T cells

T-cell senescence

The continuous activation of T cells can cause T-cell senescence that is considered irreversible and is mainly related to age. Treg cells have been proven to be capable of enforcing CD8+ cytotoxic T cells, CD4+ helper T cells and effector T cells into senescence. The degradation of the effect function of senile T cells is accompanied by high expression of inhibitive receptors [26], such as PD-1, cytotoxic T-lymphocyte-associated antigen 4 (CTLA-4, or CD152), T-cell immunoglobulin and ITIM domain (TIGIT), lymphocyte activation gene-3 (LAG-3), CD244, CD160, T-cell immunoglobulin and mucin domain-containing-3 (TIM3), and so forth. At the same time, high expression of CD57 can damage the proliferation capacity of T cells, while increasing the ligand number of Killer Cell Lectin-like Receptor Subfamily G1 (KLRG-1) can increase the proliferation of T cells [27]. If these two above-mentioned biomarkers have high expression, both can cause the CART cells lose the co-stimulatory signals, such as CD27 and CD28, whereas the down-regulation of CD28 expression is related to the loss of human telomerase RNA component (hTERC), which causes the loss of telomerase activity and leads to subsequent telomere damage, with a consequence of T cells duplicative senescence [28].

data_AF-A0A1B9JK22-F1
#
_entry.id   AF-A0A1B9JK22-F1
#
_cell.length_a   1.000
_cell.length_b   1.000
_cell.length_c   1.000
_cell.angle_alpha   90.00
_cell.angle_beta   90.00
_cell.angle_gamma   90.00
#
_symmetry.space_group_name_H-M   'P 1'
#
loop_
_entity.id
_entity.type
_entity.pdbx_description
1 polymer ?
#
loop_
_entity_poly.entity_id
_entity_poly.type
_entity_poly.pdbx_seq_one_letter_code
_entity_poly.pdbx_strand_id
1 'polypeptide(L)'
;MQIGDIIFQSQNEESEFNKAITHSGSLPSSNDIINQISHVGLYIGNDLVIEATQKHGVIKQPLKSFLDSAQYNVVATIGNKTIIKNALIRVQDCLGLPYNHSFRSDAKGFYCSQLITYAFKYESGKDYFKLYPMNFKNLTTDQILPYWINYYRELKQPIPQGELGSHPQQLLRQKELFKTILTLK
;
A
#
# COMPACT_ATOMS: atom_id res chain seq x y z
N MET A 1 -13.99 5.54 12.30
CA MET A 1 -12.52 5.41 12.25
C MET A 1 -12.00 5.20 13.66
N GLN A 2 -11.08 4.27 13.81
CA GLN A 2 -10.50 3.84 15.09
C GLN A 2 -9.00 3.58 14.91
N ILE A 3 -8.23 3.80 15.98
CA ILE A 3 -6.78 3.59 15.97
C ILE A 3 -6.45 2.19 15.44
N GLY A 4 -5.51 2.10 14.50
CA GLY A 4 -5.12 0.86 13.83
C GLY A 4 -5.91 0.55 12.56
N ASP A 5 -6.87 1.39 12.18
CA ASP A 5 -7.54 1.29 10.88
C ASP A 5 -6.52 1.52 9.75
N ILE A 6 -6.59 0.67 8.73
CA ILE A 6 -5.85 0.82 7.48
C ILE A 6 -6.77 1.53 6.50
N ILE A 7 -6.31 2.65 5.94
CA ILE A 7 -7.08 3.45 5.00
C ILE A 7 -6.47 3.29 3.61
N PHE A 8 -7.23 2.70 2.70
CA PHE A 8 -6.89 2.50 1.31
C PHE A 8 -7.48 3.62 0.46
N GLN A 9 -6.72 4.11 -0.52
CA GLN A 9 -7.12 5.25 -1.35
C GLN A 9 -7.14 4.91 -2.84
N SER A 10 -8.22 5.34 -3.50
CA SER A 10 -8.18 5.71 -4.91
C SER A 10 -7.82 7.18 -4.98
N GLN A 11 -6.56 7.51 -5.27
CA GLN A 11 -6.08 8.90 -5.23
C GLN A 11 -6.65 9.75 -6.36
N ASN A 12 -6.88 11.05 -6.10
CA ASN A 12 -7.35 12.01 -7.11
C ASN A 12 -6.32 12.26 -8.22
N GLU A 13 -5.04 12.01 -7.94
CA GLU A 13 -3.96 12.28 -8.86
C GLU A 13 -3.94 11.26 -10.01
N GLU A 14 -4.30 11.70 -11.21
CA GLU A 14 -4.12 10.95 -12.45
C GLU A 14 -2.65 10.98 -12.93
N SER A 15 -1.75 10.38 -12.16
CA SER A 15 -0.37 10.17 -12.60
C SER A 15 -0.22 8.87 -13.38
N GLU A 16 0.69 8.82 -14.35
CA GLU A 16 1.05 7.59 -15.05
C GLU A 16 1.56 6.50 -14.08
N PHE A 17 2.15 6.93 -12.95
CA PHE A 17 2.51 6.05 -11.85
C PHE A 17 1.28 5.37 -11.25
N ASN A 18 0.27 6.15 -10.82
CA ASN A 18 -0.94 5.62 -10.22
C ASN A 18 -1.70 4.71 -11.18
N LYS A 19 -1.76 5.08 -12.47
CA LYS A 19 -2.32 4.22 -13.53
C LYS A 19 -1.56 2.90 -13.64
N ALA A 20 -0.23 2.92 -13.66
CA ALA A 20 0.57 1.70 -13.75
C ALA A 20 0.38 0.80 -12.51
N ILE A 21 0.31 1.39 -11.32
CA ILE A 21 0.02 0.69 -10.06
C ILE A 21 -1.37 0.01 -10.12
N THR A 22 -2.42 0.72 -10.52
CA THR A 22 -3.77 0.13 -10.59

In summary, the mAb targeting the inhibitory receptor TIGIT can administrate immunotherapy by strengthening the antitumor function of NK cells, which is also of great significance to improve the efficacy of existing tumor immunotherapy. We envisage that CART-cell therapy, when combined with mAb to TIGIT, might further increase immune responses to cancer.

Immune escape mechanisms

Malignant tumors utilize various strategies to avoid the antitumor immunological effects of the adaptive immune system by establishing a microenvironment of immunosuppression. Immune escape mechanisms include regulating the expression of G1 regulatory proteins, producing immunosuppressive factors IL-10, TGF-β and IDO, and generating immunosuppressive receptors, such as the recruitment of PD-L1 and Treg cells.